Magnitude 7.8 quake hits off Russia’s Kamchatka: USGS

A powerful quake of magnitude 7.8 struck in the northern Pacific Ocean between the tip of Alaska's Aleutian Islands and Russia's Kamchatka Peninsula.
A powerful quake of magnitude 7.8 struck in the northern Pacific Ocean between the tip of Alaska's Aleutian Islands and Russia's Kamchatka Peninsula. PHOTO: USGS

KAMCHATKA (REUTERS, AFP) - A powerful quake of magnitude 7.8 struck in the northern Pacific Ocean between the tip of Alaska's Aleutian Islands and Russia's Kamchatka Peninsula, the US Geological Survey said on Monday.

The quake struck at 1:34 a.m. on Tuesday (at 2334 GMT on Monday) some 125 miles (200 km) from the city of Nikol'skoye on Bering island off the Kamchatka Peninsula. The epicenter was west of Attu, the westernmost and largest island in the Near Islands group of Alaska's remote Aleutian Islands.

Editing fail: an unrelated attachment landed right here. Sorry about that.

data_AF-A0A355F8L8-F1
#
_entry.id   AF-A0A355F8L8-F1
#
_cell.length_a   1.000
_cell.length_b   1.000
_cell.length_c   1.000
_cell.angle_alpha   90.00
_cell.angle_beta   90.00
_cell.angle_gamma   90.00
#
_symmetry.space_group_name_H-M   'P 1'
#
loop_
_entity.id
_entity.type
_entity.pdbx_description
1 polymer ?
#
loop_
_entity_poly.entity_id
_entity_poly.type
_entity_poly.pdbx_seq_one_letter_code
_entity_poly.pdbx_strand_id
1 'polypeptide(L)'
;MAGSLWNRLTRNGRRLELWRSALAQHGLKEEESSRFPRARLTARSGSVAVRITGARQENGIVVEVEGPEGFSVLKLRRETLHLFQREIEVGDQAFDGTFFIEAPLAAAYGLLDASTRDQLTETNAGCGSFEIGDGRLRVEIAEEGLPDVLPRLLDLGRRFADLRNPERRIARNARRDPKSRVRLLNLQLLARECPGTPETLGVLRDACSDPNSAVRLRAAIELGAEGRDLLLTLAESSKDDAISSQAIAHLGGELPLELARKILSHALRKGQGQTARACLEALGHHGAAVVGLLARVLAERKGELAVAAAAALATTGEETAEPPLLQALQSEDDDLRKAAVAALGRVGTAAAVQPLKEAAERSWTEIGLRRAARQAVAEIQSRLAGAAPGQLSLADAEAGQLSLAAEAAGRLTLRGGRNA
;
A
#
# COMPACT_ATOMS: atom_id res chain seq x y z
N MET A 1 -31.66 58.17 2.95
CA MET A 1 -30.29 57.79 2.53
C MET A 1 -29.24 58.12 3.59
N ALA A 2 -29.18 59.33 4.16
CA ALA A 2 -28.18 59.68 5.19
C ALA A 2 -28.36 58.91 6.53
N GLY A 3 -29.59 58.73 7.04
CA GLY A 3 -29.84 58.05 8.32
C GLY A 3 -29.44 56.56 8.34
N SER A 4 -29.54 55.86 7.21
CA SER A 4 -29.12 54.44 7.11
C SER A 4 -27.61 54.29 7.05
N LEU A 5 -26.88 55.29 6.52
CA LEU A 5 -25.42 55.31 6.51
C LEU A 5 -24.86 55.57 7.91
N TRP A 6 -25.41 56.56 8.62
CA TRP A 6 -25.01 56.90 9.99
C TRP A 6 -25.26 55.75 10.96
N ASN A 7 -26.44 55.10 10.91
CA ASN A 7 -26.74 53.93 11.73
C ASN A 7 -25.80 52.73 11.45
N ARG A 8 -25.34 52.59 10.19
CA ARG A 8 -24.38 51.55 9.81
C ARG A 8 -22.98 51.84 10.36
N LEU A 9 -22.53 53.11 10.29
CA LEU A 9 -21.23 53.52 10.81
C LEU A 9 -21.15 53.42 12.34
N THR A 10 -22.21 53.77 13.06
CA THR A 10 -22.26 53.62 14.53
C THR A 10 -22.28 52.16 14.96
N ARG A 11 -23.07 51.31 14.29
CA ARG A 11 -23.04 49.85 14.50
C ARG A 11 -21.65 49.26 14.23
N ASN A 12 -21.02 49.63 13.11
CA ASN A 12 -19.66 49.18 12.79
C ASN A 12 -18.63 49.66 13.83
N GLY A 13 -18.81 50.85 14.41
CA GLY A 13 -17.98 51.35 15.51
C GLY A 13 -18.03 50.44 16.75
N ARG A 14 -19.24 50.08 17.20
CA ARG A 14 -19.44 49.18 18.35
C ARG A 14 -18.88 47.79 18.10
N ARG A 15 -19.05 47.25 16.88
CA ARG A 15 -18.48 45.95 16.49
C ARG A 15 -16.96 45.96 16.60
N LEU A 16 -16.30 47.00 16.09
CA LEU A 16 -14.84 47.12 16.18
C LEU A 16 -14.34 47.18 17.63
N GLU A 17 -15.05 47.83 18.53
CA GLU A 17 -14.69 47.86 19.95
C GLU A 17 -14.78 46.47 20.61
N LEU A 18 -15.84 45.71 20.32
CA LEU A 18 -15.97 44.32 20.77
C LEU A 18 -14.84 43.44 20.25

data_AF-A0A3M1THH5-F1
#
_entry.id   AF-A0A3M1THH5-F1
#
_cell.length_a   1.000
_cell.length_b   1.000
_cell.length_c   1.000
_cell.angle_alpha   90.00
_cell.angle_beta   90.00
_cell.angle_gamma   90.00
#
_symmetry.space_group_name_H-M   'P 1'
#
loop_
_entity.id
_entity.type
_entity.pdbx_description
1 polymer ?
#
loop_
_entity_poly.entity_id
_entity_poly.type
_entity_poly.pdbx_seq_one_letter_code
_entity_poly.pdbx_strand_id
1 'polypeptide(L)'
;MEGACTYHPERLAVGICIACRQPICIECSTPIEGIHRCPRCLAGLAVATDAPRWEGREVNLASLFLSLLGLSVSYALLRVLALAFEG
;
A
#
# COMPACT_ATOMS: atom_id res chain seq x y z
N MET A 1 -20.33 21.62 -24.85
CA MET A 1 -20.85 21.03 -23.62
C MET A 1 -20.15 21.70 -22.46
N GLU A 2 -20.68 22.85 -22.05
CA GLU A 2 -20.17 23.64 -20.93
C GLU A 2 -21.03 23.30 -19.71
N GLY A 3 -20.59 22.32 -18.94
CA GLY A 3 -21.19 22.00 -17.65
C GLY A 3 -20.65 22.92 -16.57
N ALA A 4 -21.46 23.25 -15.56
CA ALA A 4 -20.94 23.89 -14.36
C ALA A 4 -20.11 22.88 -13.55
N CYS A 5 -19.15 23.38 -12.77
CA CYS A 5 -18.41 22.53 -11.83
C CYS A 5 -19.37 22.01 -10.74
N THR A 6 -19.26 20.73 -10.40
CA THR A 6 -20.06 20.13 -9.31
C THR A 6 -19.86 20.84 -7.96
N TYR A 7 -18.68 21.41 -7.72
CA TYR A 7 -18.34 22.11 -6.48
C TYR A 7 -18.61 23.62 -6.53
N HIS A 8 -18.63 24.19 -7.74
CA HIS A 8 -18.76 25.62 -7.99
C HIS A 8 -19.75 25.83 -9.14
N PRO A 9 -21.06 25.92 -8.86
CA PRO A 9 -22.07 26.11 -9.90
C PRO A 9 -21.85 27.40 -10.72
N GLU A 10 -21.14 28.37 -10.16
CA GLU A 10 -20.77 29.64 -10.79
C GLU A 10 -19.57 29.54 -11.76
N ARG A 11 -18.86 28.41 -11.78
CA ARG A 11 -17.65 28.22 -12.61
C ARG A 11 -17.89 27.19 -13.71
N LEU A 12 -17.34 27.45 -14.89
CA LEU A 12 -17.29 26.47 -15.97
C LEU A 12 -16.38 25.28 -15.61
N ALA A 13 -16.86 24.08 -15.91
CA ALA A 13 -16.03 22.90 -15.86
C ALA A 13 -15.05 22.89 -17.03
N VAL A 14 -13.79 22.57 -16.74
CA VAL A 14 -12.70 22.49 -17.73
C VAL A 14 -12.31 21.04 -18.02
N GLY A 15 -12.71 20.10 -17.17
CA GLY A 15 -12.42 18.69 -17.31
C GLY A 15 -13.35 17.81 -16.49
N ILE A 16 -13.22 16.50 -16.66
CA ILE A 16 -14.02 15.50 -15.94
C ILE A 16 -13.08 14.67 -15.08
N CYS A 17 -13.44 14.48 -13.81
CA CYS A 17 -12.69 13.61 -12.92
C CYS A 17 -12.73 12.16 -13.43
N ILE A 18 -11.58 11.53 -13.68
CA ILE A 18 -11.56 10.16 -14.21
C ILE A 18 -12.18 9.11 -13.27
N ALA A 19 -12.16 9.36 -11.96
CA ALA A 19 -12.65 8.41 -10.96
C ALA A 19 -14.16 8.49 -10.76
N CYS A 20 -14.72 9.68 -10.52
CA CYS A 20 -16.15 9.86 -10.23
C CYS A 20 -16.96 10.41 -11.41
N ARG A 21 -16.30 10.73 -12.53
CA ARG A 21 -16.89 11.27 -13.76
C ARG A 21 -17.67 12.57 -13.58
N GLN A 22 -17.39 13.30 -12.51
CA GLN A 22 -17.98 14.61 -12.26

Waves were forecast to be less than 0.3 meters above the tide level for coasts in an area ranging from Russia to Hawaii, the Pacific Tsunami Warning Center said.

The earthquake, initially reported as a magnitude 7.7, was very shallow - only 10 km below the seabed, which would have amplified its effect, but it was quite far from any mainland.

The quake was initially reported as a magnitude 7.7 before being revised down to 7.4 and finally upgraded to 7.8, a major quake normally capable of causing widespread and heavy damage when striking on or near land.

The quake was followed by several aftershocks, including a couple above magnitude 5.0.